Lightsource BP, one of the global frontrunners in the funding, development and long-term operation of solar projects, has become the first company in the UK to provide a reactive power service from a solar plant at night.
Reactive power is the ability to maintain voltage levels on electricity transmission systems. This allows more energy to be transported down existing infrastructure and therefore increases capacity without the need for infrastructure upgrades. Inverters within a solar plant are able to provide reactive power by reducing or increasing voltage levels. They can deliver the voltage change necessary at a grid supply point, which is managed by National Grid Electricity System Operator (ESO).
In a successful plant trial, which took place on Monday 4th November, Lightsource BP used one of its solar plants in East Sussex to provide a reactive power voltage support service at night. The reactive power service was delivered through UK Power Networks’ distribution network and has the potential to help National Grid ESO manage voltage on the transmission network.
The test was coordinated with UK Power Networks’ control engineers who monitored to ensure network safety and reliability with no adverse customer impact.
National Grid ESO confirmed that this is the first night-time grid support service from a solar asset in the UK.
The trial follows 3 years of testing and development and forms part of the joint National Grid ESO and UK Power Networks “Power Potential” project, which aims to create a new reactive power market for distributed energy resources (DERs) in the South East. Lightsource BP worked with UK Power Networks and National Grid ESO on Power Potential to deliver this important milestone in an initiative which has the potential to save UK energy customers over GBP 400m by 2050 and provide up to an additional 4 GW of power capacity in the South East region of the UK.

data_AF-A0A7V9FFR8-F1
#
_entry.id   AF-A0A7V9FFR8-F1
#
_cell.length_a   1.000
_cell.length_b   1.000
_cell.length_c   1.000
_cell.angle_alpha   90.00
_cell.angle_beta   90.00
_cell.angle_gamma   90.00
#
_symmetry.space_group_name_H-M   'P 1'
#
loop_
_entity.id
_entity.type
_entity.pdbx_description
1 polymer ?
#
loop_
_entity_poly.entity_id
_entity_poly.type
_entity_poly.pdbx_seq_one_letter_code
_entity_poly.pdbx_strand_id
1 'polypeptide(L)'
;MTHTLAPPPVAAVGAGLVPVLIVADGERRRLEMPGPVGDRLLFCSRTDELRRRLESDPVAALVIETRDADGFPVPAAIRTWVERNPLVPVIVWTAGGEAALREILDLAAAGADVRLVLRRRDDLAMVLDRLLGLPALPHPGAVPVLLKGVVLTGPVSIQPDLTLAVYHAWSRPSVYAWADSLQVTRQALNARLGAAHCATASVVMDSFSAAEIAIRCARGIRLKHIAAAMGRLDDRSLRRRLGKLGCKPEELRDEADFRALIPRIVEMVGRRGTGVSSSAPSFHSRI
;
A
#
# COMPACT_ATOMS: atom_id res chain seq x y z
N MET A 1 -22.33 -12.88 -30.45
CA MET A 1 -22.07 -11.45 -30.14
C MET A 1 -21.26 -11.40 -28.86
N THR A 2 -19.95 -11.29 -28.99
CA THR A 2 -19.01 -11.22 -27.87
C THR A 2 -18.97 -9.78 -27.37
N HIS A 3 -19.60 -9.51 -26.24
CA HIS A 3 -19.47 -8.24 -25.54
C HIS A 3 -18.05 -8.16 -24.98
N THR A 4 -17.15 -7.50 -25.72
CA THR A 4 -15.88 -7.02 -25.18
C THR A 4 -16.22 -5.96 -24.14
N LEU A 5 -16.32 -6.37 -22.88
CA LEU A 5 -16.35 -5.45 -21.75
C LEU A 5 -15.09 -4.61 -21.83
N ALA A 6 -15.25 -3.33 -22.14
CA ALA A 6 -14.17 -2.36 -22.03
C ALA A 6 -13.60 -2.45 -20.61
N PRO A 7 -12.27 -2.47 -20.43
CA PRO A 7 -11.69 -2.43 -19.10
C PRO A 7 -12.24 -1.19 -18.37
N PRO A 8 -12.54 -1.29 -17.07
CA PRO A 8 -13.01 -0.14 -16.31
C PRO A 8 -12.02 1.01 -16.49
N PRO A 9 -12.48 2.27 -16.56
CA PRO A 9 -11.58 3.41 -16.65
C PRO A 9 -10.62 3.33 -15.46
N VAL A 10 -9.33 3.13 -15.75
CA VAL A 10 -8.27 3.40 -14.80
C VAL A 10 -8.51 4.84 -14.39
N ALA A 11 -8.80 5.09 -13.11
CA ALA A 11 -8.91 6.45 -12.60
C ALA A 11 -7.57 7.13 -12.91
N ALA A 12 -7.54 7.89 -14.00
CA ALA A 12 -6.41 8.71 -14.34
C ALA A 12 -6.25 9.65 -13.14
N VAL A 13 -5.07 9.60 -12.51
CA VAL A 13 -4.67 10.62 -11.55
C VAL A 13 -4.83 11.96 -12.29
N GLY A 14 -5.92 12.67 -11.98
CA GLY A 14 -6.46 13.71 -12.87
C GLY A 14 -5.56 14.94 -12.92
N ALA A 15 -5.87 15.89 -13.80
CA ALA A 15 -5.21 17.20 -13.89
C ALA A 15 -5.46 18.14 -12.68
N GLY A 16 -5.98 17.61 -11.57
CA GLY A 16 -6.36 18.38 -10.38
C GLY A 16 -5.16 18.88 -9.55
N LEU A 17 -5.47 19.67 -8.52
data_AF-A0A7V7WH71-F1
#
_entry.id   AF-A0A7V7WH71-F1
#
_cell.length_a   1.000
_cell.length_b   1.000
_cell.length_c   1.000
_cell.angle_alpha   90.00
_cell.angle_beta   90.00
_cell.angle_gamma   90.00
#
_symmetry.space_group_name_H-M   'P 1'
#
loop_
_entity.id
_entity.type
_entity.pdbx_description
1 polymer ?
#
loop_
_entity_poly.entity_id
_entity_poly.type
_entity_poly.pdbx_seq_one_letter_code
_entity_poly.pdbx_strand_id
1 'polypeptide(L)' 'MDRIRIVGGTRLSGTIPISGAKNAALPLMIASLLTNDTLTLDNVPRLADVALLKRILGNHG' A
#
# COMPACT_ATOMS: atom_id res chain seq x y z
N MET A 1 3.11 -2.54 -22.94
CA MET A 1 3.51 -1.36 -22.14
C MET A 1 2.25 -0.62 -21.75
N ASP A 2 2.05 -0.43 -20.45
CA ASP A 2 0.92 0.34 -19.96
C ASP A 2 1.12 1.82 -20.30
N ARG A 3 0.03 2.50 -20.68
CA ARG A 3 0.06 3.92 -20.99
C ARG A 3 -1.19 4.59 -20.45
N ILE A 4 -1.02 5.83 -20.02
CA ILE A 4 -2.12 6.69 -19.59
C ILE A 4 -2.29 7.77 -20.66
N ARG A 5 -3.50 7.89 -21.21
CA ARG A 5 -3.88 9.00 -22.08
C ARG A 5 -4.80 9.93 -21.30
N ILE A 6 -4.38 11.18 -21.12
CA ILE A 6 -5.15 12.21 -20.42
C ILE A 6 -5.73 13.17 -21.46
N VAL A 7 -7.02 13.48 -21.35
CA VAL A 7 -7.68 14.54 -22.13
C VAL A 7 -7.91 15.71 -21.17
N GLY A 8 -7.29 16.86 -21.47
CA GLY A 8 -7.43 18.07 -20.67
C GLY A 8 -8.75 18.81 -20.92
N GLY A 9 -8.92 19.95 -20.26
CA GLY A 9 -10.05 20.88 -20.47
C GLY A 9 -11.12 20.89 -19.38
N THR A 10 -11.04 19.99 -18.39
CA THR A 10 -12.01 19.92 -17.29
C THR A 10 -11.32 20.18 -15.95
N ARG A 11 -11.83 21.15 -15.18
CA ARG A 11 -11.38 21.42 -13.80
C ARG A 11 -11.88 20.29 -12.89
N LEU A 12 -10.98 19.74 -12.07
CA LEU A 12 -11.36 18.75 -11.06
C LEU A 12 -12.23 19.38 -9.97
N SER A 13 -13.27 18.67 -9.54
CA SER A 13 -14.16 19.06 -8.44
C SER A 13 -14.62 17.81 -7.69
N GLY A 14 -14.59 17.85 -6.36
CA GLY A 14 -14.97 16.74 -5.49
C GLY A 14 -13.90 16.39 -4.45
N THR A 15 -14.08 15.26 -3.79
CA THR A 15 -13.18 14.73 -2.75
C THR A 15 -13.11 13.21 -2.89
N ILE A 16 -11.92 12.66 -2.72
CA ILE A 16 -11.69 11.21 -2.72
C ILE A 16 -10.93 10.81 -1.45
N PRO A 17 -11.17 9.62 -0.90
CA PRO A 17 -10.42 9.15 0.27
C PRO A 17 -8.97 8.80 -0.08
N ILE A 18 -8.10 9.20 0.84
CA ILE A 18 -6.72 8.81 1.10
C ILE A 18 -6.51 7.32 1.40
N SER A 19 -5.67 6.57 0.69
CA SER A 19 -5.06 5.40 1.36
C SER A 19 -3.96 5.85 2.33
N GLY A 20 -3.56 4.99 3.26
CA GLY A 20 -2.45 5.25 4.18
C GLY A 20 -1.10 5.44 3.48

Kareen Boutonnat, Lightsource BP Chief Operating Officer, comments, “The success of this trial clearly demonstrates that innovation is key in addressing the future growth of the energy sector. With electricity demand increasing so rapidly we have to be in a constant state of evolution in order to solve the problems of the future.”
“Right now, we have proven that solar plants can play a larger role across the electricity network – even at night. However, it is only the beginning and as our team continue to develop and support this project, we will remain focused on pushing the boundaries and forging partnerships to remain a leading innovator across our sector,” adds Boutonnat.
Dr Biljana Stojkovska, National Grid Electricity System Operator, Power Potential Project lead comments: “As we move towards our 2025 ambition of being able to operate the GB electricity system carbon free we are seeing more renewable generation come online – such as wind and solar – which in turn requires finding new ways of managing system characteristics like voltage. This innovative trial, which forms part of our Power Potential project, is an exciting first step. We look forward to seeing it progress over the coming months as we explore new reactive power markets for distributed energy resources, and their potential to cut costs for energy consumers.”
Dr Rita Shaw, UK Power Networks, Power Potential Project lead says, “We are delighted to have successfully supported Lightsource BP to facilitate the participation of its solar plant in our reactive power trials. It is one of many examples of innovative collaboration with our distribution connected generation customers, in building the foundations for our Distribution System Operator (DSO) transition.”